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When the courts will intervene to rewrite a will

When the courts will intervene to rewrite a will

Where there’s a will it won’t always decide the way.

The reality of wills is, in many instances, the courts will intervene to reallocate the assets of a person who has passed-away.

While this has drawn criticism in some quarters – with media commentators taking issue with the court’s powers to overrule a person’s wishes – it also means relatives of the deceased are not treated unfairly.

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For example, in 2012 the New South Wales courts reinterpreted a mother’s will after she chose to leave her home to two of her children and disinherit a third. In the case in question two of those children lived with their mother while the third child had been estranged from her for 38 years.

The estranged daughter was eventually given $175,000 from an estate worth just over $600,000.

Key to the court’s decision was the sense that the estranged daughter was unemployed and in need of financial help.

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In a contrasting case, in 2017, the Supreme Court of Queensland upheld that a man’s unsent text message disinheriting his wife – in favour of his brother and nephew – was a valid will.

In the unusual case the man in question had committed suicide, however, the court found this was insufficient evidence to find he was mentally incapacitated when he drafted the text.

The court placed a heavy amount of weight on the specific nature of the text – it referred to the man’s house and superannuation and had been labelled as a will.

“It’s important to note the courts won’t just jump in and reinterpret any will – people looking to challenge one have to successfully file a family provision application to show cause that a court should reinterpret the will,” Steve Hodgson from Strategic Lawyers said.

“And if there’s a take-away message from the caselaw it is that it’s always worth getting real legal help.

“There are ways to ensure that your will can be strengthened against a potential family provision application, if you believe that a disgruntled relative may challenge it.”

This would mean your wishes are followed after you pass-away.

“The legislation provides a mechanism that allows any interested party – a spouse, child, or a dependent – to challenge a will if proper provision was not made to them by the will-maker,” Mr Hodgson said.

“However, a legal challenge of that nature does require expert legal advice to ensure it is made properly or defended properly as the case may be.”

Are speed cameras really accurate? When police lose in court

Are speed cameras really accurate? When police lose in court

Speeding fines are one of those things that are, on face value, very hard to argue with – a police officer uses either a radar or a camera to check how fast you were going and if you’re over the limit – you’re toast.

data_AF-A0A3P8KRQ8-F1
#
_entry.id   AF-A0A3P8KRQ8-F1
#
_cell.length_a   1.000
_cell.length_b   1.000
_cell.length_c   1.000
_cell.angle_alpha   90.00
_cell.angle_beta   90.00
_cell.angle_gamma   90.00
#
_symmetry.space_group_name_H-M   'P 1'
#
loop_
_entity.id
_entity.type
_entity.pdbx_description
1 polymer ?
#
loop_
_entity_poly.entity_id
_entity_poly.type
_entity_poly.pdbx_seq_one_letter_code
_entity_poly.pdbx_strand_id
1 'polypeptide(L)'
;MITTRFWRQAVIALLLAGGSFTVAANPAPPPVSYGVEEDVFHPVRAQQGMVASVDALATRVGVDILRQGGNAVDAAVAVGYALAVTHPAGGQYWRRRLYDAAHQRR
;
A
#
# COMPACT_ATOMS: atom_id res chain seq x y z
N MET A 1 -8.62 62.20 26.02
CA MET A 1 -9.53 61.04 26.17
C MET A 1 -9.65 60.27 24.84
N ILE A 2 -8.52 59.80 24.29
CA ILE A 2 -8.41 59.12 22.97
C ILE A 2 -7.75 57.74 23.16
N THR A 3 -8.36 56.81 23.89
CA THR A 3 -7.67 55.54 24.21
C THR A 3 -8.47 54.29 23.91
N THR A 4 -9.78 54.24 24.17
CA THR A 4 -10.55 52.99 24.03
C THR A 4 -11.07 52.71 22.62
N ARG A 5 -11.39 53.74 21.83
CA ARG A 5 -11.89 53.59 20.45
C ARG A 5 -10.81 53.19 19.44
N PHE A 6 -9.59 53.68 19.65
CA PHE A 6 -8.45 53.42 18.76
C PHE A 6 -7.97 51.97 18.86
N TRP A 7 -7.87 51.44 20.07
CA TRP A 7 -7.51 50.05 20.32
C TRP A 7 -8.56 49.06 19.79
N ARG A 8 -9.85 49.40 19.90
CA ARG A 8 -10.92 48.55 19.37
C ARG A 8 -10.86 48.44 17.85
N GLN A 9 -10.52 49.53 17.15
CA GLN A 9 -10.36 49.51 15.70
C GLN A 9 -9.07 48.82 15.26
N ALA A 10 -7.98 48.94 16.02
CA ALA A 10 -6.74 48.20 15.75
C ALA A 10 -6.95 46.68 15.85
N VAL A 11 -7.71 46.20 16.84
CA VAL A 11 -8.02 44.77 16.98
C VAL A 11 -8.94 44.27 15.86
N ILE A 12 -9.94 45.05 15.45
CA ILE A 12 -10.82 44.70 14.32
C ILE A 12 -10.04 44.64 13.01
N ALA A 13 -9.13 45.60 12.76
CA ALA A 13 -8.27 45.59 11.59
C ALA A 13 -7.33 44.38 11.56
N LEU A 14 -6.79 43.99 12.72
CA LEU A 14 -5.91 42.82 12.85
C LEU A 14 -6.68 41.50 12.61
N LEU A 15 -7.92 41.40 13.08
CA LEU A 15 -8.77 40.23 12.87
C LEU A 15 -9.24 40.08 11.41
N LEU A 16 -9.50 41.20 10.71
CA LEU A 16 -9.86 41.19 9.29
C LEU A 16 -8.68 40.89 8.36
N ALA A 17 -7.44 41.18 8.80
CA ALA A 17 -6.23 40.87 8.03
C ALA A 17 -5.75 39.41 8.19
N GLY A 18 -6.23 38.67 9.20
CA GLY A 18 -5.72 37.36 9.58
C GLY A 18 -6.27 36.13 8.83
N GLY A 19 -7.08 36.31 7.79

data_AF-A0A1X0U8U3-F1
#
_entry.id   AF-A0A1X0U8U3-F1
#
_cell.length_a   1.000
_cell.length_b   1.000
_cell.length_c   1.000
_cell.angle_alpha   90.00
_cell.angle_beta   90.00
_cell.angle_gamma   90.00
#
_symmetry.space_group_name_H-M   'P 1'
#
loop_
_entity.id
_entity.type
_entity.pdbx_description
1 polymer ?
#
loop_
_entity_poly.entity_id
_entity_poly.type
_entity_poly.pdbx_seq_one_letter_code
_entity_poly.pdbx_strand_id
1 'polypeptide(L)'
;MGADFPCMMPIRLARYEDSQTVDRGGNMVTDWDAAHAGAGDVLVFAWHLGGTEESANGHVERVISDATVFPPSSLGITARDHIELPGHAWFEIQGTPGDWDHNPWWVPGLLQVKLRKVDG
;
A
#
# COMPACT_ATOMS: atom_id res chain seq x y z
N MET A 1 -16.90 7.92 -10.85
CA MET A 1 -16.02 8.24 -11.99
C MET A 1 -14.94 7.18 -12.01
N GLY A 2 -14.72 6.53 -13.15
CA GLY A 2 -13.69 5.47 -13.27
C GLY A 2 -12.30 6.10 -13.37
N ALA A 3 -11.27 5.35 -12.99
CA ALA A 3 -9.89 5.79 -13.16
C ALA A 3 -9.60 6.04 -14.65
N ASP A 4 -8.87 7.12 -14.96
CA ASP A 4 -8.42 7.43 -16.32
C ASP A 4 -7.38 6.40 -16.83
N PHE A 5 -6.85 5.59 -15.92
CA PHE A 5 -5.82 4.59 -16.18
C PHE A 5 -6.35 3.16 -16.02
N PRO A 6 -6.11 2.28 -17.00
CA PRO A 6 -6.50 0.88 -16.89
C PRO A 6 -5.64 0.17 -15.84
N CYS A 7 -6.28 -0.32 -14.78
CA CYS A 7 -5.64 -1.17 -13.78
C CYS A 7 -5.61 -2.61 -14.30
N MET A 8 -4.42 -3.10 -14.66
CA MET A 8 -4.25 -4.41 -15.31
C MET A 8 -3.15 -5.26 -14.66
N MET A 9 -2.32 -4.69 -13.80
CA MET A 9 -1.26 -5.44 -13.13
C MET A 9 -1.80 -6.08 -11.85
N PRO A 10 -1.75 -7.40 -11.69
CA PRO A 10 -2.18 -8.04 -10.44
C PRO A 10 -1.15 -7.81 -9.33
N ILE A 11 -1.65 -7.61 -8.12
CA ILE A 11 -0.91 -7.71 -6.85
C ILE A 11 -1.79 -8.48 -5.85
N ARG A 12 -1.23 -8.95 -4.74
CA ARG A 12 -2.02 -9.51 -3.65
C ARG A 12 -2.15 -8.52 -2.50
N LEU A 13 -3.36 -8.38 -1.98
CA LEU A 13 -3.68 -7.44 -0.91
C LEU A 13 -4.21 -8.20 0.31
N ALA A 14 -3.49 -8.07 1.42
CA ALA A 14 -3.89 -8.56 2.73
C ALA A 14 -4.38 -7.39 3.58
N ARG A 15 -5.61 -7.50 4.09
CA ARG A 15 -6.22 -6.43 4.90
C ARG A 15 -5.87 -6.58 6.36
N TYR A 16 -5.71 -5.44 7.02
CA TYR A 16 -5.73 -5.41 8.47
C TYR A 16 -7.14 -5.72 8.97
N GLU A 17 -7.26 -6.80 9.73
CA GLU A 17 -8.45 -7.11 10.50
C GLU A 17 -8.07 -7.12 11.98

But one Brisbane man who appealed his fine through the courts showed it is possible to beat the system.

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Police used a photographic device – a speed camera – and claimed they pinged the man driving at 73km/h in a 60km/h zone.

The relevant Queensland law states that when police use photographic devices to measure how fast you’re going then they need to have a certificate which shows the camera had been tested within the past year and was accurate.

Click the links below to read the other links on our blog:

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>> Your rights if police stop you for a random drug search

>The 11 things you should know before getting a divorce

In the case in question the man initially lost in the Magistrate’s Court but then appealed up to the Queensland District Court with the Judge there finding: “the certificates do not state that the device had been calibrated within the prescribed 12 months.”

And because the certificates which showed the device was accurate weren’t current the Judge said the: “learned magistrate could not have been satisfied beyond reasonable doubt the device being relied upon by the prosecution in this case was producing accurate results.”

It is important to note the law is different for all types of devices and radar and some stationary speed checking equipment are subject to different standards.

Of course, with any speeding fine cost is a factor and a lot of people who insist they were not over the limit let the issue go because appealing can be more expensive than just paying.

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Ironically, incorrectly calibrated equipment is plausibly more likely to impact those who are only just over the speed-limit meaning innocent people caught by this area of law, often plead guilty.

The fine for exceeding the speed-limit by less than 13km/h presently sits at $175, the Queensland Police Service charge $47.90 for you get a hold of a copy of the calibration certificate and check if it is more than 12 months out of date.

So, while that may be excellent value for money for a person who was allegedly exceeding the speed limit by more than 40km/h – which attracts a $1,219 fine – it is less so for a person facing a smaller penalty.